New RansomHouse extortion group: The victims are to blame!


A new player has appeared in the cyber extortion arena – the RansomHouse group. It is noteworthy that she does not use any ransomware, but hacks the networks of organizations through known vulnerabilities and steals data.

The group itself does not take any responsibility for its actions and accuses the affected organizations of not providing proper protection to their networks and offering “ridiculously small” rewards under bug bounty programs.

“We believe that those who discovered the vulnerability and carried out the hacking are not to blame, but those who did not take care of security. Those who did not hang a lock on the door are to blame, but left it wide open, inviting everyone,” the About Us section of the RansomHouse website says.

The RansomHouse group allegedly began its activities in December 2021 with an attack on the Saskatchewan Liquor and Gaming Authority (SLGA), which is now present in the list of victims on the group’s website.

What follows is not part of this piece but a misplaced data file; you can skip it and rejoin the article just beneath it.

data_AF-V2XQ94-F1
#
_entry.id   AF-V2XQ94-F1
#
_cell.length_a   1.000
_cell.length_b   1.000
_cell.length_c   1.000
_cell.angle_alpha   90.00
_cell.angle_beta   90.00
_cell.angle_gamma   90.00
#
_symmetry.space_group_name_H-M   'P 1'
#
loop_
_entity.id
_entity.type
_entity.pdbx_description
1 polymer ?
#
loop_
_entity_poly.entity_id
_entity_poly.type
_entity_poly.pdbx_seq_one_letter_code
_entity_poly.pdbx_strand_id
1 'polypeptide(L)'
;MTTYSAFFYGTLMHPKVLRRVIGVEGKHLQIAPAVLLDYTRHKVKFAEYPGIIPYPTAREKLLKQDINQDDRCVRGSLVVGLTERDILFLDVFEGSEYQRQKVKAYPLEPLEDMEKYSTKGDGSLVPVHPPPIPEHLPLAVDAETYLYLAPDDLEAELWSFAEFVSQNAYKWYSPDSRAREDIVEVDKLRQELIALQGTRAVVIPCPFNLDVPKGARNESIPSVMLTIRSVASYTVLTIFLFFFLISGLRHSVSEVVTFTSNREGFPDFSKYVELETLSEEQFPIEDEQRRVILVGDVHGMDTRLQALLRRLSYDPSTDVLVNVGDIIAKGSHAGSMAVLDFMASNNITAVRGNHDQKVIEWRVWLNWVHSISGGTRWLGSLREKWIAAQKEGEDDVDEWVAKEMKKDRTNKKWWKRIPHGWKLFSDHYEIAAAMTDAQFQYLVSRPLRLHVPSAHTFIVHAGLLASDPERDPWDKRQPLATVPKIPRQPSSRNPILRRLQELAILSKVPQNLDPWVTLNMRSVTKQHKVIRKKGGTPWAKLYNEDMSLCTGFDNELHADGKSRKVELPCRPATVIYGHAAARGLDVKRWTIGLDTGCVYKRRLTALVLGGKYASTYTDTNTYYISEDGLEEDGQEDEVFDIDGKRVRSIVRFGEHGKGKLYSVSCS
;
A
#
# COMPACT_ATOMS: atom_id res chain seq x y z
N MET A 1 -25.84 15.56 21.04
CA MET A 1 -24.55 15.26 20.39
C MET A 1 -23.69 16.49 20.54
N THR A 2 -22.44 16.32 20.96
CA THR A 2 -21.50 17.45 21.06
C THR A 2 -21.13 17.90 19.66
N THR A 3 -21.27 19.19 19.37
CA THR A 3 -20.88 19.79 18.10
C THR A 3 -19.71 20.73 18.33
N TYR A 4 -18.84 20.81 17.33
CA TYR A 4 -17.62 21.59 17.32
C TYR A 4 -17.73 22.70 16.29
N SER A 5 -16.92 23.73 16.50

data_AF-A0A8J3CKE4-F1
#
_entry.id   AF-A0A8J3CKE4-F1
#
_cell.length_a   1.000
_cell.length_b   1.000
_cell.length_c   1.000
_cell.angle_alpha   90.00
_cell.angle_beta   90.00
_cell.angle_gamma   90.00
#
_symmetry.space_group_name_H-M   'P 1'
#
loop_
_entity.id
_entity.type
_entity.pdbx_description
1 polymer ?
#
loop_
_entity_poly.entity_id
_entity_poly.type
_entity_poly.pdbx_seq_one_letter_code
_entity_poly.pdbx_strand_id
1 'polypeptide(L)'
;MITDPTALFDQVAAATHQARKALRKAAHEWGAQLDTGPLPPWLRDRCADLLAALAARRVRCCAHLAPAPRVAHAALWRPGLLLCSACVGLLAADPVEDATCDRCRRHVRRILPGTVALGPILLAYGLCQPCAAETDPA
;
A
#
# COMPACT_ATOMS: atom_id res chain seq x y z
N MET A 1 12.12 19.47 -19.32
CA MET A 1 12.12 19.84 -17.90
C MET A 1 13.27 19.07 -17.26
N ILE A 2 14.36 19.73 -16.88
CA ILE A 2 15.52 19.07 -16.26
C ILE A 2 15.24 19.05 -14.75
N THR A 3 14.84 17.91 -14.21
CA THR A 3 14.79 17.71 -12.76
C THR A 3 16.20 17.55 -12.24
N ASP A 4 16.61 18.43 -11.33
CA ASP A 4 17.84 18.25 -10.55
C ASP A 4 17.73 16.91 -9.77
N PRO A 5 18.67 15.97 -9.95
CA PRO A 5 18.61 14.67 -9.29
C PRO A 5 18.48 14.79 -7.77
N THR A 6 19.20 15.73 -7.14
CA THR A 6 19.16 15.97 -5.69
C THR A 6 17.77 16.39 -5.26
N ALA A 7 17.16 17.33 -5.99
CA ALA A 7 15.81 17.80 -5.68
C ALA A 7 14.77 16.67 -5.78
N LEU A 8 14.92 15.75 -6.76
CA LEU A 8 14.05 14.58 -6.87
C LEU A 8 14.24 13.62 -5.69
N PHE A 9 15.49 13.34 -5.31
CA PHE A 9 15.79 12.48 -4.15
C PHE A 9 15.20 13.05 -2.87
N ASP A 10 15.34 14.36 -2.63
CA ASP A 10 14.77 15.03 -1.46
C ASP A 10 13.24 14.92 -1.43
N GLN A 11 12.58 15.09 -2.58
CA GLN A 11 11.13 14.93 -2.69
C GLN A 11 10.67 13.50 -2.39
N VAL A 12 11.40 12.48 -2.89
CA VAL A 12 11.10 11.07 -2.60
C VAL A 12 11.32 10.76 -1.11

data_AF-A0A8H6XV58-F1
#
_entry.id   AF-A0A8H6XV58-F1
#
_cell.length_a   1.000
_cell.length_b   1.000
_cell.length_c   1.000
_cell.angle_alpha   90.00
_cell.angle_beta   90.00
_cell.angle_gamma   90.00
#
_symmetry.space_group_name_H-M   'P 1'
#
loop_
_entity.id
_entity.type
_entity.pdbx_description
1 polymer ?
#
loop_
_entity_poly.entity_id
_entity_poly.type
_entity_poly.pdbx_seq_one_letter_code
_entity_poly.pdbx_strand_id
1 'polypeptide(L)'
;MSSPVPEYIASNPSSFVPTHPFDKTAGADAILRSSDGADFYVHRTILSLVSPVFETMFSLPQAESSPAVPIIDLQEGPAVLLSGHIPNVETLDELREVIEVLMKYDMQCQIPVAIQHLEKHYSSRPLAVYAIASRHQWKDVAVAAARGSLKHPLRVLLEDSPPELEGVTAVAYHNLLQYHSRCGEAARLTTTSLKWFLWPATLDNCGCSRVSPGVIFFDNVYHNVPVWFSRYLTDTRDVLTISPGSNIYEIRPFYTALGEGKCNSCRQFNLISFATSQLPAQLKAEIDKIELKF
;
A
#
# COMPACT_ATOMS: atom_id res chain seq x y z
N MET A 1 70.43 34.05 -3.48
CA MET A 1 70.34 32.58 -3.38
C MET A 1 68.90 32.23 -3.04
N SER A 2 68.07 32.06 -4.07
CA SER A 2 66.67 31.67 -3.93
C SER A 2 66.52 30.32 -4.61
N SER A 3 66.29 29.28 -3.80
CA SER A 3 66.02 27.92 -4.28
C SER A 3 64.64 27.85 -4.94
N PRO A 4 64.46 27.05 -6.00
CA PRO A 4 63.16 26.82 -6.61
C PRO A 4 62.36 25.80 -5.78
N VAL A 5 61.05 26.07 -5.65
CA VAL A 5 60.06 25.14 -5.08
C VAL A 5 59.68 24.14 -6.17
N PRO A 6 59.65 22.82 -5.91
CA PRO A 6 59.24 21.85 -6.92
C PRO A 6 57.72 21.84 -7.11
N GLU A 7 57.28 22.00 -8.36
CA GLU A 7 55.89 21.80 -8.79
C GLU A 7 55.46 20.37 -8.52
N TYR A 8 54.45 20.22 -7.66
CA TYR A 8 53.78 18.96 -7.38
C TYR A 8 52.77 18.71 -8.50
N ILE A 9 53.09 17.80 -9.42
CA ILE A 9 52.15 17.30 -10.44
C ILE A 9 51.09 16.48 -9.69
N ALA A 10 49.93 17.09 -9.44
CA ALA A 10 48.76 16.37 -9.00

The site itself was launched this month, and in addition to SLGA, three other organizations appear on the list of victims. The last to be added was a German airlines contractor allegedly attacked last week.

It is noteworthy that RansomHouse also publishes links to social media posts on the site for victims with whom negotiations are still underway to pay a ransom. Obviously, in this way, the extortionists emphasize the publicity of their attacks and hope that this will make the victims more compliant.

If the victim refuses to pay the ransom, her data is sold to other cybercriminals. In the absence of interested buyers, the group publishes the stolen information on its website.

Where RansomHouse came from is unknown. However, according to Cyberint information security specialists, the group communicates very politely with other representatives of the cybercrime community and does not get into disputes. In addition, she stated that she adheres to liberal views and will not cooperate with radical hacktivists or spy groups. In this regard, experts concluded that disappointed penetration testers are behind the RansomHouse project, dissatisfied with bug bounty’s too low remuneration and poor cybersecurity practices.

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